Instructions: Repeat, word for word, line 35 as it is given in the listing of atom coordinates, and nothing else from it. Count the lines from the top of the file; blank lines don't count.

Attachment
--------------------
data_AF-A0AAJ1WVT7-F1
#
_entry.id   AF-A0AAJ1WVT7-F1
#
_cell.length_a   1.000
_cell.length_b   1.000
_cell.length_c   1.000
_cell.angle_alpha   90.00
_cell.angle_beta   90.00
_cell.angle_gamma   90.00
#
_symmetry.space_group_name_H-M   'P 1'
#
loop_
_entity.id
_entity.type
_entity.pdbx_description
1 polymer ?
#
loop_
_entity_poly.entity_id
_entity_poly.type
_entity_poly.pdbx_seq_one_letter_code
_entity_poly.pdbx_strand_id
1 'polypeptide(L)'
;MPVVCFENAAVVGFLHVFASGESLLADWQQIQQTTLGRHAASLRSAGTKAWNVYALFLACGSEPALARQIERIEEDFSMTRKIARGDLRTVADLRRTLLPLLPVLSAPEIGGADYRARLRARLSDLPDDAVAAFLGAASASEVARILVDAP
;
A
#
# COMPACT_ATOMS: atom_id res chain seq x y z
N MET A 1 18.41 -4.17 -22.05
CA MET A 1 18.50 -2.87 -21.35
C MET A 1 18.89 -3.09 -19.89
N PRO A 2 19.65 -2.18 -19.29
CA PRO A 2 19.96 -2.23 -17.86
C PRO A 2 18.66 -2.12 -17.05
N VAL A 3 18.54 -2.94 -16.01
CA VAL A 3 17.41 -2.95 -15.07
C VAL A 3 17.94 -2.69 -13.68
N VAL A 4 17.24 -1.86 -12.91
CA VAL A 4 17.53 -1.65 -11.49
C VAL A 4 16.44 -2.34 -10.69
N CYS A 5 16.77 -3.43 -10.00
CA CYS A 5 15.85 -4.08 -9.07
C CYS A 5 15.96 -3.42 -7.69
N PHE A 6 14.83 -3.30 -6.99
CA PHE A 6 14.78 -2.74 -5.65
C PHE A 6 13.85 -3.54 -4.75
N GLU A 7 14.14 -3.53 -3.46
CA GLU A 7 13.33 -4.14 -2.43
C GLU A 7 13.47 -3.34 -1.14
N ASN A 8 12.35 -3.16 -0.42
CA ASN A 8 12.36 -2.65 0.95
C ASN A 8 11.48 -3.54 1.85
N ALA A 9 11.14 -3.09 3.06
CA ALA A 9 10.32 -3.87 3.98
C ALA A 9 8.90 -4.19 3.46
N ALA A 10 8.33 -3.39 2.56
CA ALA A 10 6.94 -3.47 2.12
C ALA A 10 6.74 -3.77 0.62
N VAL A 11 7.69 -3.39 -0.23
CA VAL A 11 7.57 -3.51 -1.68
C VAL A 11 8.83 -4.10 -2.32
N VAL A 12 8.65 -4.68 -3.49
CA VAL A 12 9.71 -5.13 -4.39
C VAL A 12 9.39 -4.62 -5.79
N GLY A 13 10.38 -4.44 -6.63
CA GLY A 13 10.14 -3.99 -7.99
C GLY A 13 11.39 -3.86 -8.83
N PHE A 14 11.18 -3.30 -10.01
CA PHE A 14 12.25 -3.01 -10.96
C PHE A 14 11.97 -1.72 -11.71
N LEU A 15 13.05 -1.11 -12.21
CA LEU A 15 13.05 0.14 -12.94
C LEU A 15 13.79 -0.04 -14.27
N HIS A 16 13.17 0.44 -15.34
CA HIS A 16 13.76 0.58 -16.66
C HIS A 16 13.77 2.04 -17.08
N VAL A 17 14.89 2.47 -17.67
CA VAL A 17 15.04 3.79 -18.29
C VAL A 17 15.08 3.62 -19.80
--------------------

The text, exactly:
CA PRO A 2 19.96 -2.23 -17.86